Going Barefoot (Almost)

Last night I decided to try something a little bit different. Instead of lacing up my Nikes and heading out for a run, I decided to slip on my Vibram 5 Fingers and finally give them a try. If you’re not familiar with the brand, they’re these little guys:


Mine are the “Treksport” style. I got them for less than half price through an Active.com deal!

The “barefoot” style allows you to run with a more natural stride. Traditional running shoes, like my Nikes, create the standard heel-toe motion that most of us are used to while running. But take your shoes off for a second and try to run with that same motion. It’s awkward, right? You naturally land on the front of your foot rather than your heel. That is how we as humans are meant to run.

Now, I won’t lie to you. These definitely take some getting used to. I only ran a mile, and my calves and shins were crazy tight. A little Mineral Ice before bed did the trick, though, and my legs are pretty much back to normal this morning. You shouldn’t try to start full-force on them. I’m starting off at one 1-mile run per week, and building from there. Ultimately, though, I will be able to run in these daily, and the knee and ankle trouble I constantly have while running will subside. How stinkin’ cool is that?

What kind of shoes do you like to wear to work out? Have you ever tried barefoot-style running shoes? If so, what did you think of them?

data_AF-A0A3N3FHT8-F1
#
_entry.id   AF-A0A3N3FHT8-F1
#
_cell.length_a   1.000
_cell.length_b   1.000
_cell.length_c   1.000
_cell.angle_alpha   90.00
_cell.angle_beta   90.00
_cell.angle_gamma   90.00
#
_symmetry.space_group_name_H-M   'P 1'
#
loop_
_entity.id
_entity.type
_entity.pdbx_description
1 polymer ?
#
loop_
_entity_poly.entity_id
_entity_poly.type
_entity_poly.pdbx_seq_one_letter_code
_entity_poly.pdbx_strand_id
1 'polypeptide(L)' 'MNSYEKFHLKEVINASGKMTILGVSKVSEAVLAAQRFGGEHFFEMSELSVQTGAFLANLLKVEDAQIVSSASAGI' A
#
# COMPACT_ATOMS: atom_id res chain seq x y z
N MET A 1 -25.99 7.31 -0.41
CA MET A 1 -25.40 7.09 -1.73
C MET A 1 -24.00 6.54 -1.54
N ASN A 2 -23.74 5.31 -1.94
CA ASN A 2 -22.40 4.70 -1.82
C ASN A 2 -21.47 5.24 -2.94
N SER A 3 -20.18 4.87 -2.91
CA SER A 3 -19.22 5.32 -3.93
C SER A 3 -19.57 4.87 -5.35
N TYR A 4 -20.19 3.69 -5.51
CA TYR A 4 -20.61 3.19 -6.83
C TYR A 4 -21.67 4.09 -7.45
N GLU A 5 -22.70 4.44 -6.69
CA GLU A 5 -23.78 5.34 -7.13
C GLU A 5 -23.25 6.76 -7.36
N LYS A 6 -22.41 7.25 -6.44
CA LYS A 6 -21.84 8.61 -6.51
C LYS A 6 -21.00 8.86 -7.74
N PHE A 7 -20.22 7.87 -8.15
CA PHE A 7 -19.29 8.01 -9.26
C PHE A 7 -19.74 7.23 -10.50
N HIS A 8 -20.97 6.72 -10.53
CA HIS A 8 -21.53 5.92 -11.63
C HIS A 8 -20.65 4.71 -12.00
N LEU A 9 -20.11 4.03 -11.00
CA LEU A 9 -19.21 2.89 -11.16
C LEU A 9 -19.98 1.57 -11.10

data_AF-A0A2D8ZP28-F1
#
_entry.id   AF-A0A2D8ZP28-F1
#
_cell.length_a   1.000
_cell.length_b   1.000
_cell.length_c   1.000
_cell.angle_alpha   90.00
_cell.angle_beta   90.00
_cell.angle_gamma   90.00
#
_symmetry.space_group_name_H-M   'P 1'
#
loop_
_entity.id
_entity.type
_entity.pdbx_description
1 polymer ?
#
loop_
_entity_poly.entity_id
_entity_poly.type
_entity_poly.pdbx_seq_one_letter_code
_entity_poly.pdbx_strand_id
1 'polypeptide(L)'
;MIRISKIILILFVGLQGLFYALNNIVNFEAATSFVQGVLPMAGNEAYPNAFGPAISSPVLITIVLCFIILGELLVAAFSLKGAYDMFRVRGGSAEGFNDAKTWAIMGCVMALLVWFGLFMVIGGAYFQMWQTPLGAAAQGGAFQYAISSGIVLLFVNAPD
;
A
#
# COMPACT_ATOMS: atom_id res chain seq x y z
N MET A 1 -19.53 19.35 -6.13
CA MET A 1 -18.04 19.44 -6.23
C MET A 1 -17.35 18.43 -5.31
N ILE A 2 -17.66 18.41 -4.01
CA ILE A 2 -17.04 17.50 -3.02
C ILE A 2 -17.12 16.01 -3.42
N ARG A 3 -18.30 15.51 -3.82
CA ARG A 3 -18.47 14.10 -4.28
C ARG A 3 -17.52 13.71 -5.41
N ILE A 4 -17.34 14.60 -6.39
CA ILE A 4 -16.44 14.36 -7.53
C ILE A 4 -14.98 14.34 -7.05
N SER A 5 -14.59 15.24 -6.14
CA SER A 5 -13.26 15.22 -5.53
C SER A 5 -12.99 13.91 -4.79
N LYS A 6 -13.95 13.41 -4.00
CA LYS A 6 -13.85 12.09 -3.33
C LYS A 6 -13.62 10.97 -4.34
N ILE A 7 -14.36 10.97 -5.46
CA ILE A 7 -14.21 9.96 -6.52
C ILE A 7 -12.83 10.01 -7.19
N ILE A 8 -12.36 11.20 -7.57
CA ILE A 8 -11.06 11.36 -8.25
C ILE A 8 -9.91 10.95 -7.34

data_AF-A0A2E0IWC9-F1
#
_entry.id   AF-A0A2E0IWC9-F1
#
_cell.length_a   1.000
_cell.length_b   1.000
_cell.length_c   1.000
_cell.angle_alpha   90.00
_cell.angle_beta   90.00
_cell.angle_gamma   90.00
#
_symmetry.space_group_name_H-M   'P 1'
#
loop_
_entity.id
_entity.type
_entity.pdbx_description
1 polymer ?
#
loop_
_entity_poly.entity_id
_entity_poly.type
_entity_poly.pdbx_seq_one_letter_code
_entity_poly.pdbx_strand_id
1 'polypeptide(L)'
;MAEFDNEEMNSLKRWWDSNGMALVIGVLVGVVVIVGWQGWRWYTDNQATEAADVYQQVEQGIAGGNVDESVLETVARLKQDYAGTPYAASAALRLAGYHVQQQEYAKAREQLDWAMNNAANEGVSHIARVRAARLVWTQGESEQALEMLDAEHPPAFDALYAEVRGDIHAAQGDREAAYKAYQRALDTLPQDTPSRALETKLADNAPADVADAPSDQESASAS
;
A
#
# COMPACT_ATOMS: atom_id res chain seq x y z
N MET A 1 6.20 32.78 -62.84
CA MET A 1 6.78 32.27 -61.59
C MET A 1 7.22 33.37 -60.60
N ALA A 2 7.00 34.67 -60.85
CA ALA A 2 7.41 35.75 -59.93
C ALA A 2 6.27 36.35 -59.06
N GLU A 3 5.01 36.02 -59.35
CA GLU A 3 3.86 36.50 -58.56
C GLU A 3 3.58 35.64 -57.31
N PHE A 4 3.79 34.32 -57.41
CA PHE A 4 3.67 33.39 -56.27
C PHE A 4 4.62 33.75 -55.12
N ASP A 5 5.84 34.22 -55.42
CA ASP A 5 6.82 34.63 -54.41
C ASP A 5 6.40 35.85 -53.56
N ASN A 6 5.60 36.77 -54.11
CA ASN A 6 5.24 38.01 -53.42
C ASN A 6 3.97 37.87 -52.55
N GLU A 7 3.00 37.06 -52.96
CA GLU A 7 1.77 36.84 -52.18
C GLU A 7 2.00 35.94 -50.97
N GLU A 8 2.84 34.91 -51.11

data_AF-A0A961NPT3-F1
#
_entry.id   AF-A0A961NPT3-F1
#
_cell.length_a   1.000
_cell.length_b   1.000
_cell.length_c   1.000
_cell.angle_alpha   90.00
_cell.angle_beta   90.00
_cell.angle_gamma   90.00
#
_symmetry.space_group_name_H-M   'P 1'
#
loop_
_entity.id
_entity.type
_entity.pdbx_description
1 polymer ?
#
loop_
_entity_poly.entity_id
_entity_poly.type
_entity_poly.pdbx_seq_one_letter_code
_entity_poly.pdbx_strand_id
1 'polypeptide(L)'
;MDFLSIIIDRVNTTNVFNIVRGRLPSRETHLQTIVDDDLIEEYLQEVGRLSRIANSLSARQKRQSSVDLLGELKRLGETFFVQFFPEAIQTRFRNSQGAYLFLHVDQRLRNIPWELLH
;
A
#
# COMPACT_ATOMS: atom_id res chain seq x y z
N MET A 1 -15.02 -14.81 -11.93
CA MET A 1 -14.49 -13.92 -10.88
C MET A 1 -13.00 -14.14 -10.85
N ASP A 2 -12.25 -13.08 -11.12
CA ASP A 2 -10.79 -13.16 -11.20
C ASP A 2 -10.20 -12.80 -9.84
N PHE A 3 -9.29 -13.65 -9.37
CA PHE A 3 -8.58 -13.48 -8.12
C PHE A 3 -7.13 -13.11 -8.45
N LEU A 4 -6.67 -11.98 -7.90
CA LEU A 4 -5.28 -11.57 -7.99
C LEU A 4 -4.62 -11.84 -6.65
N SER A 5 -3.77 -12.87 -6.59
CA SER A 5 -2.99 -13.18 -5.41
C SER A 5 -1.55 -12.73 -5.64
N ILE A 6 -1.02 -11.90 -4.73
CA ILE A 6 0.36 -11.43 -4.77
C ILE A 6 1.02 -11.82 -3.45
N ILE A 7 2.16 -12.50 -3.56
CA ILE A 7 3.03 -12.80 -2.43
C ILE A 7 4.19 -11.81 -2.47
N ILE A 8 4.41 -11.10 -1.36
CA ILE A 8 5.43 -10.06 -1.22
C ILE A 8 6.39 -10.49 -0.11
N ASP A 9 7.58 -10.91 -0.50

6 thoughts on “Going Barefoot (Almost)

  1. Hehe vibrams and so snazzy (and funny) looking! I especially love the individual toe parts 😉 I would love to try these as I really like the concept of the idea and that we were made to walk/run barefoot so why not do it? However, still a bit scared of trying, as I normally need insoles (and I have VERY heavily padded running shoes) so I wonder if my feet really do need that extra support. Plus, I know it can take a while to transition and as am training for a 10k currently it’s probably not a good idea yet to make the switch…

    1. The best way to transition so as to not upset your current mileage is to start out running a mile in the barefoot shoes, change and do your regular run, then slowly increase your mileage in the new shoes (over the course of a few weeks or month). I know I have really flat feet and over the last year have gone with less and less padding…and my injuries have decreased!

  2. Definitely wait until after your race before you consider making the switch. That way you won’t throw off your training. I definitely recommend them, though. We’ve been taught that more padding is better, but in reality more padding can actually hurt you more. They’re not for everyone, though. Maybe try running around barefoot in a grassy area or on an indoor track before you make the decision to try them. That way you can see how the natural stride affects you before you go out and spend the money.

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